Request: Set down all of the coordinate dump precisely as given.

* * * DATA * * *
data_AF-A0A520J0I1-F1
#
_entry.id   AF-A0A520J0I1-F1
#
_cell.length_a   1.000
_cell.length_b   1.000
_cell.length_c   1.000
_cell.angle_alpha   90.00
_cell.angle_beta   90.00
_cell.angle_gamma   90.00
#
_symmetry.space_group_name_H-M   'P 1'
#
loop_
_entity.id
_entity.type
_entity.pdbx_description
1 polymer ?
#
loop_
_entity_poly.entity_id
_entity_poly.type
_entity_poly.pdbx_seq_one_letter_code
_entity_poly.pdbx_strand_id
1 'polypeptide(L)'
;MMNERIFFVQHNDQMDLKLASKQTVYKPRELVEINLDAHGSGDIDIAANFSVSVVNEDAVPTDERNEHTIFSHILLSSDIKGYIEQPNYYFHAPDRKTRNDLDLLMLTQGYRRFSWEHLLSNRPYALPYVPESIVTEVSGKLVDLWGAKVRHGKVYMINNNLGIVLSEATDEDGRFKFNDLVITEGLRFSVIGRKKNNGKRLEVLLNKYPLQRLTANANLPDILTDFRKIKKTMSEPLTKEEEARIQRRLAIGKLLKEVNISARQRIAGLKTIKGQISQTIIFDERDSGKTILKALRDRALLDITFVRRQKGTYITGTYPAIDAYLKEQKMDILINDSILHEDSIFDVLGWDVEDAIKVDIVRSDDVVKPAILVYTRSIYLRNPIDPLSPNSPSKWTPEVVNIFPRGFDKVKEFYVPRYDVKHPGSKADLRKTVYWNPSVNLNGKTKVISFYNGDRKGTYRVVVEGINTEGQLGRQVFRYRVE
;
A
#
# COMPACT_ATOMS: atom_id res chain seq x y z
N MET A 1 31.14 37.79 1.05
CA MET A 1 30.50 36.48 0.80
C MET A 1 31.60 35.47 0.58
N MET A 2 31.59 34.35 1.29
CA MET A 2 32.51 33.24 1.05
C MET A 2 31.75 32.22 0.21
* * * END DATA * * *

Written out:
data_AF-A0A520J0I1-F1
#
_entry.id   AF-A0A520J0I1-F1
#
_cell.length_a   1.000
_cell.length_b   1.000
_cell.length_c   1.000
_cell.angle_alpha   90.00
_cell.angle_beta   90.00
_cell.angle_gamma   90.00
#
_symmetry.space_group_name_H-M   'P 1'
#
loop_
_entity.id
_entity.type
_entity.pdbx_description
1 polymer ?
#
loop_
_entity_poly.entity_id
_entity_poly.type
_entity_poly.pdbx_seq_one_letter_code
_entity_poly.pdbx_strand_id
1 'polypeptide(L)'
;MMNERIFFVQHNDQMDLKLASKQTVYKPRELVEINLDAHGSGDIDIAANFSVSVVNEDAVPTDERNEHTIFSHILLSSDIKGYIEQPNYYFHAPDRKTRNDLDLLMLTQGYRRFSWEHLLSNRPYALPYVPESIVTEVSGKLVDLWGAKVRHGKVYMINNNLGIVLSEATDEDGRFKFNDLVITEGLRFSVIGRKKNNGKRLEVLLNKYPLQRLTANANLPDILTDFRKIKKTMSEPLTKEEEARIQRRLAIGKLLKEVNISARQRIAGLKTIKGQISQTIIFDERDSGKTILKALRDRALLDITFVRRQKGTYITGTYPAIDAYLKEQKMDILINDSILHEDSIFDVLGWDVEDAIKVDIVRSDDVVKPAILVYTRSIYLRNPIDPLSPNSPSKWTPEVVNIFPRGFDKVKEFYVPRYDVKHPGSKADLRKTVYWNPSVNLNGKTKVISFYNGDRKGTYRVVVEGINTEGQLGRQVFRYRVE
;
A
#
# COMPACT_ATOMS: atom_id res chain seq x y z
N MET A 1 31.14 37.79 1.05
CA MET A 1 30.50 36.48 0.80
C MET A 1 31.60 35.47 0.58
N MET A 2 31.59 34.35 1.29
CA MET A 2 32.51 33.24 1.05
C MET A 2 31.75 32.22 0.21